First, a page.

‘handbags at ten paces’: meaning and origin

UK, 1978—(soccer players) a confrontation that does not lead to serious fighting—based on the cliché ‘pistols at ten paces’—the substitution of ‘pistols’ with ‘handbags’, which evokes women fighting with their handbags, expresses the histrionic character of the confrontation

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‘frogspawn’ (tapioca pudding)

UK, 1921—‘frogspawn’: a jocular appellation for ‘tapioca pudding’ (also for ‘sago pudding’)—originated in schoolchildren’s slang—refers to the fact that both tapioca pudding and sago pudding very much resemble frogspawn, i.e., a soft substance like jelly which contains the eggs of a frog

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‘soft Mick’: meaning and origin

Lancashire, England, 1939—used in similative and comparative phrases such as ‘as —— as soft Mick’ and ‘more —— than soft Mick’, the noun ‘soft Mick’ (also ‘Soft Mick’) indicates a great quantity or degree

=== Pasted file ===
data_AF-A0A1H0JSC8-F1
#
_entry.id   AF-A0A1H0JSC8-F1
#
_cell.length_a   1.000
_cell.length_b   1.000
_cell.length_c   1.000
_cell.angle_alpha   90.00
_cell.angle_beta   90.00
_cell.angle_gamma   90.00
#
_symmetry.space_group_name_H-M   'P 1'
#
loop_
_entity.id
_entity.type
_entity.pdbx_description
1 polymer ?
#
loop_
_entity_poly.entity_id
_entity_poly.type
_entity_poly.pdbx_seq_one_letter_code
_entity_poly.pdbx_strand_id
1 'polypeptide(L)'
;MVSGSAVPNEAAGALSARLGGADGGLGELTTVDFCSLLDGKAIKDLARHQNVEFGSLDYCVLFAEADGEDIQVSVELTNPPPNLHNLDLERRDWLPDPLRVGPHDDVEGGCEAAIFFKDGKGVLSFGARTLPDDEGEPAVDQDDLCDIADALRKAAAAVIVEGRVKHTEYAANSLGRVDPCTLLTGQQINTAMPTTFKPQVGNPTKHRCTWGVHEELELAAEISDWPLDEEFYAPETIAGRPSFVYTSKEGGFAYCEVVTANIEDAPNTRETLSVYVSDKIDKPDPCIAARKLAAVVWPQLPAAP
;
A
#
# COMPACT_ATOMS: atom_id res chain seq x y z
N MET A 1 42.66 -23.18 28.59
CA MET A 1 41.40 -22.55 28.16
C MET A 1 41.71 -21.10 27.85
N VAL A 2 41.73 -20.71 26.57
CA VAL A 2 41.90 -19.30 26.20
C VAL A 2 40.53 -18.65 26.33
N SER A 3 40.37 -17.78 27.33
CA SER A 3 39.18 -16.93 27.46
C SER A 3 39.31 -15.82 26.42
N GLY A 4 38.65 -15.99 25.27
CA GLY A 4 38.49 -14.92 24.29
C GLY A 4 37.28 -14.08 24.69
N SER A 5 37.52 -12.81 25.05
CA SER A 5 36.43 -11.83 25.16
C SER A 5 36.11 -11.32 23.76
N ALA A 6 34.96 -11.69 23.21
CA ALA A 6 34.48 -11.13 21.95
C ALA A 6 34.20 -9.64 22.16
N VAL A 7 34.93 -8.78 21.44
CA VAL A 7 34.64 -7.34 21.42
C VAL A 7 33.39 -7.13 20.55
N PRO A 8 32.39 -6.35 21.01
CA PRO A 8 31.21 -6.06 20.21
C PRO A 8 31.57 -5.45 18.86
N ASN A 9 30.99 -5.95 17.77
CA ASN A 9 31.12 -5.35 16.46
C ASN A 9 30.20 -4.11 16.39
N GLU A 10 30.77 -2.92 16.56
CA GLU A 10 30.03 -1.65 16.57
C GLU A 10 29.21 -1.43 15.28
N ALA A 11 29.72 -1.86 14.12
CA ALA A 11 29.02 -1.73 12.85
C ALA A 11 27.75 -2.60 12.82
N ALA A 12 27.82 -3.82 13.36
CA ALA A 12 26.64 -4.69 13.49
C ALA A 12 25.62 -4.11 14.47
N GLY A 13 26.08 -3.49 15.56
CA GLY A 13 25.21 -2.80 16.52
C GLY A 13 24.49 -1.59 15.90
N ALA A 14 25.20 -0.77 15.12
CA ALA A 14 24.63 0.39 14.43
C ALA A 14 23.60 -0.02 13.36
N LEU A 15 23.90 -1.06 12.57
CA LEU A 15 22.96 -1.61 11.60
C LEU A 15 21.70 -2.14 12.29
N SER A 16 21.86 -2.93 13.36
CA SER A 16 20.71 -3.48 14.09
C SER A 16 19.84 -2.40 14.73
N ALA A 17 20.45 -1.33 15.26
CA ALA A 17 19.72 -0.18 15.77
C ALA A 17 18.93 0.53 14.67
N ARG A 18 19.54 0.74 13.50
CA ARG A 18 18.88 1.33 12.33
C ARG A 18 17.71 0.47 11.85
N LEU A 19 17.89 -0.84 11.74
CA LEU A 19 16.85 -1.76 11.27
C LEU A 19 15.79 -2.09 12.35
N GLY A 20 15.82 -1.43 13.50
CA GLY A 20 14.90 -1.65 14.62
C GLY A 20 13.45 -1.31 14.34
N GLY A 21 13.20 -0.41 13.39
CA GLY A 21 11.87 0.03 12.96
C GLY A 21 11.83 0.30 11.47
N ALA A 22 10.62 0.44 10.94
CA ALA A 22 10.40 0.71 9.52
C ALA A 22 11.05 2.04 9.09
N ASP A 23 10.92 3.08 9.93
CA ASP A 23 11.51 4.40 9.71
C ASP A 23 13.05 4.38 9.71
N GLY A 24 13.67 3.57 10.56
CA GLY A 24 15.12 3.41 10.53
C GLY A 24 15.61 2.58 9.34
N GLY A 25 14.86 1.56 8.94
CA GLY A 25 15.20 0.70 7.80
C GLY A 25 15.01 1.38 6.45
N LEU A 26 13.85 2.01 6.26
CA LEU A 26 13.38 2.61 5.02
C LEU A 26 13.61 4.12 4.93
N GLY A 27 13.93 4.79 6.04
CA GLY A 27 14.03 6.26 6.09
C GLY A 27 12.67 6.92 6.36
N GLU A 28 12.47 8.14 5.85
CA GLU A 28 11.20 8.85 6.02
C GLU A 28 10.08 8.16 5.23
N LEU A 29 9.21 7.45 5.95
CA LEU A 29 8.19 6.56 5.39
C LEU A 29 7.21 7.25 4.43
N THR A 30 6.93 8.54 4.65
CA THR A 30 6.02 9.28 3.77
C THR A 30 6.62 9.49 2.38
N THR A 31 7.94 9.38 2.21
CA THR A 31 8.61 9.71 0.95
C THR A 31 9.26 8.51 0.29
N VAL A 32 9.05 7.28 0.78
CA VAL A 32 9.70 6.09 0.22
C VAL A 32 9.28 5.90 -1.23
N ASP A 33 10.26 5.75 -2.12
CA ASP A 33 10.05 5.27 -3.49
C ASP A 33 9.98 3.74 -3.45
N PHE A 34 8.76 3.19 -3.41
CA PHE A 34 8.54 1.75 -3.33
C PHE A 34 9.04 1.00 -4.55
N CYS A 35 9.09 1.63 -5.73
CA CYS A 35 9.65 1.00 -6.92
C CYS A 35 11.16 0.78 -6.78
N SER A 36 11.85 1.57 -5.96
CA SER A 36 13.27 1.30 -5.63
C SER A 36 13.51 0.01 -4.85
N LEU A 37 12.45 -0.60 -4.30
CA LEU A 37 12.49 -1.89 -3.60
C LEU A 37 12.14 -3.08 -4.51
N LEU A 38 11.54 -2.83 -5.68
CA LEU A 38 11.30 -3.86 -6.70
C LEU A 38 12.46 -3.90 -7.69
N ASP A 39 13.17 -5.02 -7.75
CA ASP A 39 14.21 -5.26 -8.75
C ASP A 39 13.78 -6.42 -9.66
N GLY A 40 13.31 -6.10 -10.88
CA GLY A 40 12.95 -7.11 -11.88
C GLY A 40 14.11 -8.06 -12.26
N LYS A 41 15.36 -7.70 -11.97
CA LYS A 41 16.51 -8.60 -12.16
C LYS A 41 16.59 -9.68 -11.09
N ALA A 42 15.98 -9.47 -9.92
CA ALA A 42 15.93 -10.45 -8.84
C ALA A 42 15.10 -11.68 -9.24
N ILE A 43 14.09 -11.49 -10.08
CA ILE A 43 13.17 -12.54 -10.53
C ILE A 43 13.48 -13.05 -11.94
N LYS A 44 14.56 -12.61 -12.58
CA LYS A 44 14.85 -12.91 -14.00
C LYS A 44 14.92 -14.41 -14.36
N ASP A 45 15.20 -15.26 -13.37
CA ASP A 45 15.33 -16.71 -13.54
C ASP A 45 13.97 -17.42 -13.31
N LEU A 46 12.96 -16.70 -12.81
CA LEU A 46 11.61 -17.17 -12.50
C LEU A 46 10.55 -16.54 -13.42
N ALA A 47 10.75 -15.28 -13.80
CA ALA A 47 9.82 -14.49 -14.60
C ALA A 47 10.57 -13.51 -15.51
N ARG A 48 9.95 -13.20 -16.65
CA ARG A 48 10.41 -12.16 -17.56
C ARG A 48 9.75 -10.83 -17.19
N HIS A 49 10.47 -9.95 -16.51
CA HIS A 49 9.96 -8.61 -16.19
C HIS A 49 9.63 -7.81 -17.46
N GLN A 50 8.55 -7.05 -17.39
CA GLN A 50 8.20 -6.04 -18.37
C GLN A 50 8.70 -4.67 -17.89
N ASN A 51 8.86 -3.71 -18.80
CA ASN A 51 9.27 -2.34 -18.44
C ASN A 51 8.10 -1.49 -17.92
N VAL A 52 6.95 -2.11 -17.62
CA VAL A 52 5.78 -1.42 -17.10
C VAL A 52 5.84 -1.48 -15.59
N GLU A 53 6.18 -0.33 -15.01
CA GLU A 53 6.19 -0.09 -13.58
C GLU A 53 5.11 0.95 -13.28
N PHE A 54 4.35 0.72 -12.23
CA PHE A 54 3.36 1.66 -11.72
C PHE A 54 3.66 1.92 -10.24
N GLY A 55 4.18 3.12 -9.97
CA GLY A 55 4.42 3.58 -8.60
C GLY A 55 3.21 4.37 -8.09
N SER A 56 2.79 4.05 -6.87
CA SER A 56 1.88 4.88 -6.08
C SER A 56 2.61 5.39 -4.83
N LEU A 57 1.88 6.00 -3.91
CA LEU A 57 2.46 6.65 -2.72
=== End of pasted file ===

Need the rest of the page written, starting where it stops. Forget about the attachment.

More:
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‘to talk through (the back of) one’s neck’

1890s—to use extravagant words or language not substantiated by fact; to talk nonsense—occurs in particular in stories by the British authors Ernest William Hornung (1866-1921) and Pelham Grenville Wodehouse (1881-1975)

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‘false dawn’: meanings and origin

1809—a transient light preceding the true dawn by about an hour, a phenomenon common in Eastern countries—translates Arabic ‘ṣubḥ kāḏib’—figuratively: a hopeful sign that can prove either illusory or authentic

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